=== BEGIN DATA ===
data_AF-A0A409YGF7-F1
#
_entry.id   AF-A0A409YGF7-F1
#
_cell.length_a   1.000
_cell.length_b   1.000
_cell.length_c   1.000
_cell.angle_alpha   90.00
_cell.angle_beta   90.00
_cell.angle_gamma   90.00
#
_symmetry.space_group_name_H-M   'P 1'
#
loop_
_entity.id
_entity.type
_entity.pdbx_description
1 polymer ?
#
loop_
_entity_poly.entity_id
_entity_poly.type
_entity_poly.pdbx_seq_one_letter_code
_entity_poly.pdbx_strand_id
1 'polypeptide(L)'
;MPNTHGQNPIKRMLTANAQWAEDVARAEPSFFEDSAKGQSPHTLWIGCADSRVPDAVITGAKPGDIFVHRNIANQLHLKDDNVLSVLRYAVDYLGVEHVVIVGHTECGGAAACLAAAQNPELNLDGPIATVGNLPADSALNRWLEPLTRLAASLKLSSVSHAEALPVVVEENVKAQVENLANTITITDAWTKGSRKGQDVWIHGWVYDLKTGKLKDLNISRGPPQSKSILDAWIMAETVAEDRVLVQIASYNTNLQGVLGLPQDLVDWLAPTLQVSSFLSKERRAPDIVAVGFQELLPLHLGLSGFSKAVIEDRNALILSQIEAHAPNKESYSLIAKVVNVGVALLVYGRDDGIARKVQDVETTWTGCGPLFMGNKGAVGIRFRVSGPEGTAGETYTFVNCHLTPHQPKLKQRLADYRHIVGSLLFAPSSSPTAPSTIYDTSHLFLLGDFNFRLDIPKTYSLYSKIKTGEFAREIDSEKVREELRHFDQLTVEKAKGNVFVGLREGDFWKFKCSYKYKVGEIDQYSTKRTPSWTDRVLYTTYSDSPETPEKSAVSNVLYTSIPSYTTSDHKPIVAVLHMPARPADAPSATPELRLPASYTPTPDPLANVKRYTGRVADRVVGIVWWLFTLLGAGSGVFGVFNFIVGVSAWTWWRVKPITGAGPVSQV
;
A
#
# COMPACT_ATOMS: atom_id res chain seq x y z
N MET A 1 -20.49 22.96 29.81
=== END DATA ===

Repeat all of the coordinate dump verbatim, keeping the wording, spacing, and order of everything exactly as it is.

data_AF-A0A409YGF7-F1
#
_entry.id   AF-A0A409YGF7-F1
#
_cell.length_a   1.000
_cell.length_b   1.000
_cell.length_c   1.000
_cell.angle_alpha   90.00
_cell.angle_beta   90.00
_cell.angle_gamma   90.00
#
_symmetry.space_group_name_H-M   'P 1'
#
loop_
_entity.id
_entity.type
_entity.pdbx_description
1 polymer ?
#
loop_
_entity_poly.entity_id
_entity_poly.type
_entity_poly.pdbx_seq_one_letter_code
_entity_poly.pdbx_strand_id
1 'polypeptide(L)'
;MPNTHGQNPIKRMLTANAQWAEDVARAEPSFFEDSAKGQSPHTLWIGCADSRVPDAVITGAKPGDIFVHRNIANQLHLKDDNVLSVLRYAVDYLGVEHVVIVGHTECGGAAACLAAAQNPELNLDGPIATVGNLPADSALNRWLEPLTRLAASLKLSSVSHAEALPVVVEENVKAQVENLANTITITDAWTKGSRKGQDVWIHGWVYDLKTGKLKDLNISRGPPQSKSILDAWIMAETVAEDRVLVQIASYNTNLQGVLGLPQDLVDWLAPTLQVSSFLSKERRAPDIVAVGFQELLPLHLGLSGFSKAVIEDRNALILSQIEAHAPNKESYSLIAKVVNVGVALLVYGRDDGIARKVQDVETTWTGCGPLFMGNKGAVGIRFRVSGPEGTAGETYTFVNCHLTPHQPKLKQRLADYRHIVGSLLFAPSSSPTAPSTIYDTSHLFLLGDFNFRLDIPKTYSLYSKIKTGEFAREIDSEKVREELRHFDQLTVEKAKGNVFVGLREGDFWKFKCSYKYKVGEIDQYSTKRTPSWTDRVLYTTYSDSPETPEKSAVSNVLYTSIPSYTTSDHKPIVAVLHMPARPADAPSATPELRLPASYTPTPDPLANVKRYTGRVADRVVGIVWWLFTLLGAGSGVFGVFNFIVGVSAWTWWRVKPITGAGPVSQV
;
A
#
# COMPACT_ATOMS: atom_id res chain seq x y z
N MET A 1 -20.49 22.96 29.81